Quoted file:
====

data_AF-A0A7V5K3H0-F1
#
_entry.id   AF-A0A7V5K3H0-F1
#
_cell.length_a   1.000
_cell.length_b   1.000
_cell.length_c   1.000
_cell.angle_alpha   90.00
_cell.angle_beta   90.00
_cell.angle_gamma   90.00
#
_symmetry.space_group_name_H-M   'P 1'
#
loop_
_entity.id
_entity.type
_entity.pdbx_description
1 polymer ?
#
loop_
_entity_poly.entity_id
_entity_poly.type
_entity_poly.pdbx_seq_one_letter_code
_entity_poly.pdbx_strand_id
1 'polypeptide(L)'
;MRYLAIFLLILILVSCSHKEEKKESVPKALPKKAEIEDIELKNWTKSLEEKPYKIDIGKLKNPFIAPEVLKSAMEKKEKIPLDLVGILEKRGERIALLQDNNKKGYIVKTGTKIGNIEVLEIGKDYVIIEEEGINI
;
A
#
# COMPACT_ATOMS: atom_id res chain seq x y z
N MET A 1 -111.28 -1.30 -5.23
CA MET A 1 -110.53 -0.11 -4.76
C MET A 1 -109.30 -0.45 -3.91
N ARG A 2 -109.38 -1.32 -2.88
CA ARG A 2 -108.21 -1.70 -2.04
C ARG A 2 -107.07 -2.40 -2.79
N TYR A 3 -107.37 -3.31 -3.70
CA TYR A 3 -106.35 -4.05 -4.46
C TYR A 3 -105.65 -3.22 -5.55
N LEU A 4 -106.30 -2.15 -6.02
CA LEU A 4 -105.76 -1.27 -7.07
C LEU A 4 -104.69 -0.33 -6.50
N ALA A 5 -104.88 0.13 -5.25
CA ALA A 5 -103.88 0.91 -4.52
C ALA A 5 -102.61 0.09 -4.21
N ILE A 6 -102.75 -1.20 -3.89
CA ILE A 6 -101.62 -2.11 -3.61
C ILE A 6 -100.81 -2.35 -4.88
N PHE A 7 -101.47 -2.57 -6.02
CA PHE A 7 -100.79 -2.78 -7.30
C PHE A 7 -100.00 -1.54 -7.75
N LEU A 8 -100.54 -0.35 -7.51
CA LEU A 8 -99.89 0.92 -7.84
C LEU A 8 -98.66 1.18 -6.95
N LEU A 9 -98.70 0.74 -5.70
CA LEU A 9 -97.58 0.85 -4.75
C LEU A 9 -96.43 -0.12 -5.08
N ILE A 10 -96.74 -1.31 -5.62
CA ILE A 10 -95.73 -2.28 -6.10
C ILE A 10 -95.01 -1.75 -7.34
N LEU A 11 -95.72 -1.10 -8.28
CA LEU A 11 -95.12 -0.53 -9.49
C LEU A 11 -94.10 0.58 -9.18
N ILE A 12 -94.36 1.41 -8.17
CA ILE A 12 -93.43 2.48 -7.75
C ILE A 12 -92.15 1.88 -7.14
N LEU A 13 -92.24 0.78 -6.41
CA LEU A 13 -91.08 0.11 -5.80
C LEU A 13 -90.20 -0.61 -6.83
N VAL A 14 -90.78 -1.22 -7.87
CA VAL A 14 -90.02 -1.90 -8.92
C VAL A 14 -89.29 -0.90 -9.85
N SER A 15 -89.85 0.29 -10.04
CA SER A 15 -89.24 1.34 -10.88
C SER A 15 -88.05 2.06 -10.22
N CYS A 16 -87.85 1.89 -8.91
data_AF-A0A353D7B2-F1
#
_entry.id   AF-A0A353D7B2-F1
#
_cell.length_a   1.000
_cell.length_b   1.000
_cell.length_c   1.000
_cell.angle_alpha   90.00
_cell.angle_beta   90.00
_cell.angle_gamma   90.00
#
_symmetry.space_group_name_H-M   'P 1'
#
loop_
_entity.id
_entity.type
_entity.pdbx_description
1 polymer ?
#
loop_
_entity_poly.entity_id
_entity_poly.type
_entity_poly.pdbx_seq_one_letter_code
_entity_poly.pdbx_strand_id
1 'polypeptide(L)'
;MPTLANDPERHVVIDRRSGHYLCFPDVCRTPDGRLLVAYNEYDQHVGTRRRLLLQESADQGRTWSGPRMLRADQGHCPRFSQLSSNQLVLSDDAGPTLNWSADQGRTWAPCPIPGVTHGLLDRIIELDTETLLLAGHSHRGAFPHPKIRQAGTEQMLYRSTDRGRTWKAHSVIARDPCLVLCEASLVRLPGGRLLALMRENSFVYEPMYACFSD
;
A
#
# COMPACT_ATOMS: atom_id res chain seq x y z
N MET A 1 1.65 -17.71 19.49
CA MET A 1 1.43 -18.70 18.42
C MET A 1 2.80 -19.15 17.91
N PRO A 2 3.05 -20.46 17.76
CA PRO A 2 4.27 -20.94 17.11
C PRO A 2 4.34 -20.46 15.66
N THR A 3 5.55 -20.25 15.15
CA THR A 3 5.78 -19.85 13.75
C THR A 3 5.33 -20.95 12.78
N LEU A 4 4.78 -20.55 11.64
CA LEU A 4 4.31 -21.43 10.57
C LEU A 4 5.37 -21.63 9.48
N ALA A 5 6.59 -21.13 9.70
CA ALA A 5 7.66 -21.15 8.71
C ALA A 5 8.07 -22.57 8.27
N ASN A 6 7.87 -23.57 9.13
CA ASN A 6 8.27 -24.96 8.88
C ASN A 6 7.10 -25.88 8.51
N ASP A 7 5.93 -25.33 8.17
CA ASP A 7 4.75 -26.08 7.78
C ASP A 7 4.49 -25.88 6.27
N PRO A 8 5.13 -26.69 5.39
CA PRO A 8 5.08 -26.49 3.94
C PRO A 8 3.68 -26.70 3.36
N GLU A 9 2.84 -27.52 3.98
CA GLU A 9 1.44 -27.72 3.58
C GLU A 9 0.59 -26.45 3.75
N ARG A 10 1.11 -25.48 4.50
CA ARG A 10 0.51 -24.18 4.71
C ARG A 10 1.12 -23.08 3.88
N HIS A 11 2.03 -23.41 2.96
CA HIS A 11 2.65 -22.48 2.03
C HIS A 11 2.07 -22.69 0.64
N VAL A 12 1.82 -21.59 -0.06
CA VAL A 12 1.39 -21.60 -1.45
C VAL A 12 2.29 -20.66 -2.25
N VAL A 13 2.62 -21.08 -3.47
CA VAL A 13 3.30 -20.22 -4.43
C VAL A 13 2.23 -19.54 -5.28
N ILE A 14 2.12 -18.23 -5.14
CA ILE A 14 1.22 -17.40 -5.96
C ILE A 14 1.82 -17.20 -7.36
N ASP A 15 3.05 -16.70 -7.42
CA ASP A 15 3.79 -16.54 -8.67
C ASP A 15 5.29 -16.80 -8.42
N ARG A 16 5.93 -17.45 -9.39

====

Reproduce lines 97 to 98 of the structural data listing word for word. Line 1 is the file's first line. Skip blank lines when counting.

_entity_poly.entity_id
_entity_poly.type